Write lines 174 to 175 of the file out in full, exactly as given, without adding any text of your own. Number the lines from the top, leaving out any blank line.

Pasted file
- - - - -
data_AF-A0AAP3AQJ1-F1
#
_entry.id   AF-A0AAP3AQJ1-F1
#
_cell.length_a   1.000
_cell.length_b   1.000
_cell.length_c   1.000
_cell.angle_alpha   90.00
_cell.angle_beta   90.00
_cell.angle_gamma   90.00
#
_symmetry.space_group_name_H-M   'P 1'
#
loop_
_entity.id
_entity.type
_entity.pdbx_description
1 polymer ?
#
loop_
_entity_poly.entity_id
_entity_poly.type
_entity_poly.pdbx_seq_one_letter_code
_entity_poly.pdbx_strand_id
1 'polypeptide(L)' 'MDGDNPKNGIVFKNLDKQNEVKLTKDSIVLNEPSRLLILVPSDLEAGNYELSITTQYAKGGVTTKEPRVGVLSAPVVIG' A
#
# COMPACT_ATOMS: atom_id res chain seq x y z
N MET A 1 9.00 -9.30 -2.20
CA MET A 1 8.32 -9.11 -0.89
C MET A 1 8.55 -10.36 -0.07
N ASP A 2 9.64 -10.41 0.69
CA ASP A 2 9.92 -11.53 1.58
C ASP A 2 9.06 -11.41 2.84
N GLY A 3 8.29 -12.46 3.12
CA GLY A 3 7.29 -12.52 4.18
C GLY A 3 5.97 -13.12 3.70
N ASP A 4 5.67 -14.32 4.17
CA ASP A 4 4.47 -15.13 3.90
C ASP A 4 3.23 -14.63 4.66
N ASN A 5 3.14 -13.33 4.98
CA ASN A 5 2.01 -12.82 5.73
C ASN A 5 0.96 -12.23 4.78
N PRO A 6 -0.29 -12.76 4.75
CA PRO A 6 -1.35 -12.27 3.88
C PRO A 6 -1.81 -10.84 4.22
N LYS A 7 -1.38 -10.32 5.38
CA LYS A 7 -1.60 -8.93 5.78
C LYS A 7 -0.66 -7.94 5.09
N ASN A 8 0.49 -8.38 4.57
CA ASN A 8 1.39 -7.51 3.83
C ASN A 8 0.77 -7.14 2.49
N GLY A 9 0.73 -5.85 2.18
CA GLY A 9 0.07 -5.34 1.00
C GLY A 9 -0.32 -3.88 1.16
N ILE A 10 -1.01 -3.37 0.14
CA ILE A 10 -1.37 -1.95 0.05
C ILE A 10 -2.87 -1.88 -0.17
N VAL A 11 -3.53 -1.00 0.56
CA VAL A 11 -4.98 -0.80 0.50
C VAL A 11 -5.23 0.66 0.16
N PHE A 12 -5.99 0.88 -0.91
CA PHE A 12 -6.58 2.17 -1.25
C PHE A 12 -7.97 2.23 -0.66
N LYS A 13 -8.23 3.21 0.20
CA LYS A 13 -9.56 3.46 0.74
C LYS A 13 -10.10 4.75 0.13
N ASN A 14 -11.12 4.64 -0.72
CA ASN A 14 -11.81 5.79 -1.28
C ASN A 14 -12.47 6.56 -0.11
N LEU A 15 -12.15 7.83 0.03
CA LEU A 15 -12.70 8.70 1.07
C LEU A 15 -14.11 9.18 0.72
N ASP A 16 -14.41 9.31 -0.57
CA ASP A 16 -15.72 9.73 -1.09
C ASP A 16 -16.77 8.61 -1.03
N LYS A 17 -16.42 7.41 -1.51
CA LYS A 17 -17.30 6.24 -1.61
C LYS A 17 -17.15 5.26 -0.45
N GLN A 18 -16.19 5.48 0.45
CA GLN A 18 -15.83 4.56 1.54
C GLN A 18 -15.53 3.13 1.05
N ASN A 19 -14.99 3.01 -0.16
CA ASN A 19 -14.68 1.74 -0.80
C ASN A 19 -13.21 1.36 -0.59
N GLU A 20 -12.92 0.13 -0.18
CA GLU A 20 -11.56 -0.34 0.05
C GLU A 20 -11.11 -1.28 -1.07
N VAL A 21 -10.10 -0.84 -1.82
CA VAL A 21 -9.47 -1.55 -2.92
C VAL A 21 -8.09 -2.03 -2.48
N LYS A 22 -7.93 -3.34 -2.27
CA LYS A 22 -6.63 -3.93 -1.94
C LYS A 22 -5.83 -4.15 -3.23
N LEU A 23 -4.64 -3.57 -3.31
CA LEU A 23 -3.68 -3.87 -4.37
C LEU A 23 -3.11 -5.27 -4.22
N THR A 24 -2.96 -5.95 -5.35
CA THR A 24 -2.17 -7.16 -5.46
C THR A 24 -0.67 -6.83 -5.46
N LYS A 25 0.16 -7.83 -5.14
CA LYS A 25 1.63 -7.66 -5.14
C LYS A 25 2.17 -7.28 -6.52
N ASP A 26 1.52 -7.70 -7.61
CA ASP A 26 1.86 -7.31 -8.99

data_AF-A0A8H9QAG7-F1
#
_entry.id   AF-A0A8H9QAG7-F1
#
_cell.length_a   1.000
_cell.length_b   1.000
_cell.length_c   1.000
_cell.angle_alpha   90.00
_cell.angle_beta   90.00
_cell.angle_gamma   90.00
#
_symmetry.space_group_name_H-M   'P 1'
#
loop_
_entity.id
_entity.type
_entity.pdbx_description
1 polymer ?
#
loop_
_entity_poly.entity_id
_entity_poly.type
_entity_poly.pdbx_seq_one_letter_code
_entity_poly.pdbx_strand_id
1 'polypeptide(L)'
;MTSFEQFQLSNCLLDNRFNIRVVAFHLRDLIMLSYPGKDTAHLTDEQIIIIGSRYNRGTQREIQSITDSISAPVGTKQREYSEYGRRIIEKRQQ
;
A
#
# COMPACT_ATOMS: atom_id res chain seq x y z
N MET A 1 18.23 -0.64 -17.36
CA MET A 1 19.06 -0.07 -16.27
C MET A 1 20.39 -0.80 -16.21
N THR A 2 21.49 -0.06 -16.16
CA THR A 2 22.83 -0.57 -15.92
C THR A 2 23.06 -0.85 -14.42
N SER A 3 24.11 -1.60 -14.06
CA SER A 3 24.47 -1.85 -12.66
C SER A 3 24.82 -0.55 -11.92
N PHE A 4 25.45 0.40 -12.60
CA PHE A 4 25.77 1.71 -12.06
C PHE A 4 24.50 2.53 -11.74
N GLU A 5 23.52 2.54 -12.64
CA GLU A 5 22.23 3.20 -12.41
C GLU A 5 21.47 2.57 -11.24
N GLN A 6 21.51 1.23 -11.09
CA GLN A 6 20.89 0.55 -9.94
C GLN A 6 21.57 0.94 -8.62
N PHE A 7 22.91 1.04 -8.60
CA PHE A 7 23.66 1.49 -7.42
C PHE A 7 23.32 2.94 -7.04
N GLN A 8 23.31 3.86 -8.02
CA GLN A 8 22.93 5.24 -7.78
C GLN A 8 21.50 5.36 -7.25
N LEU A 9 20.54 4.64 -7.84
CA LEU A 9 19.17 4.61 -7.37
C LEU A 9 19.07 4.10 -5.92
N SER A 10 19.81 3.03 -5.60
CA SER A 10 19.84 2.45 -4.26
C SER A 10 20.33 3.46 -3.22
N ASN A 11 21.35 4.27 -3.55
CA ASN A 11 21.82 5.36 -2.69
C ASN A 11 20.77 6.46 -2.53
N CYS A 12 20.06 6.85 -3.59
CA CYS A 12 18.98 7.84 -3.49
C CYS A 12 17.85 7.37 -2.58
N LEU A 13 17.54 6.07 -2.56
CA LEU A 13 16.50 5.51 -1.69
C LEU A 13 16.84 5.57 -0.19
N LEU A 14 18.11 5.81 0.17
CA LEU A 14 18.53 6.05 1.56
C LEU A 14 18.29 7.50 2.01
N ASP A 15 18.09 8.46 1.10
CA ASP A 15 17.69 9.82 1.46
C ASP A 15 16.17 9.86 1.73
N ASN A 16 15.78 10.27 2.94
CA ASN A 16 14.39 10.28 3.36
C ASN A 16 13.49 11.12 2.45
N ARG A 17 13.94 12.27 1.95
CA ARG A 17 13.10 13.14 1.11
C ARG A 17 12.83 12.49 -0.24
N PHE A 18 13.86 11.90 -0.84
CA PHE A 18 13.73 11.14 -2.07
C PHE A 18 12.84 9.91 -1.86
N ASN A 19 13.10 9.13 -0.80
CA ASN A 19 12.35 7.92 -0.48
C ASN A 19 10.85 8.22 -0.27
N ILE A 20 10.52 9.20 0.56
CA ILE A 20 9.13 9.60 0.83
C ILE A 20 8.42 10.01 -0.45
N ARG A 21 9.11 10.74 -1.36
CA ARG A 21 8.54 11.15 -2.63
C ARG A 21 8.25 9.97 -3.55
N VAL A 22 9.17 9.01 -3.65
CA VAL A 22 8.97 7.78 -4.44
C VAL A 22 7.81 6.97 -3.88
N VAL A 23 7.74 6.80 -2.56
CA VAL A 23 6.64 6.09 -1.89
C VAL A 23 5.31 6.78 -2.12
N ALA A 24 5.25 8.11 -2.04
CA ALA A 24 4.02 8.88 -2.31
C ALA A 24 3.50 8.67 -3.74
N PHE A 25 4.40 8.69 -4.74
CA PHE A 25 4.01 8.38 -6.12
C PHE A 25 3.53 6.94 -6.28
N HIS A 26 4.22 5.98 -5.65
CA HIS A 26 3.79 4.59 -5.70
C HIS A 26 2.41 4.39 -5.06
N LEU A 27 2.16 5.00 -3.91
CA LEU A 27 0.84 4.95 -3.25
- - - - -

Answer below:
N LEU A 14 18.11 5.81 0.17
CA LEU A 14 18.53 6.05 1.56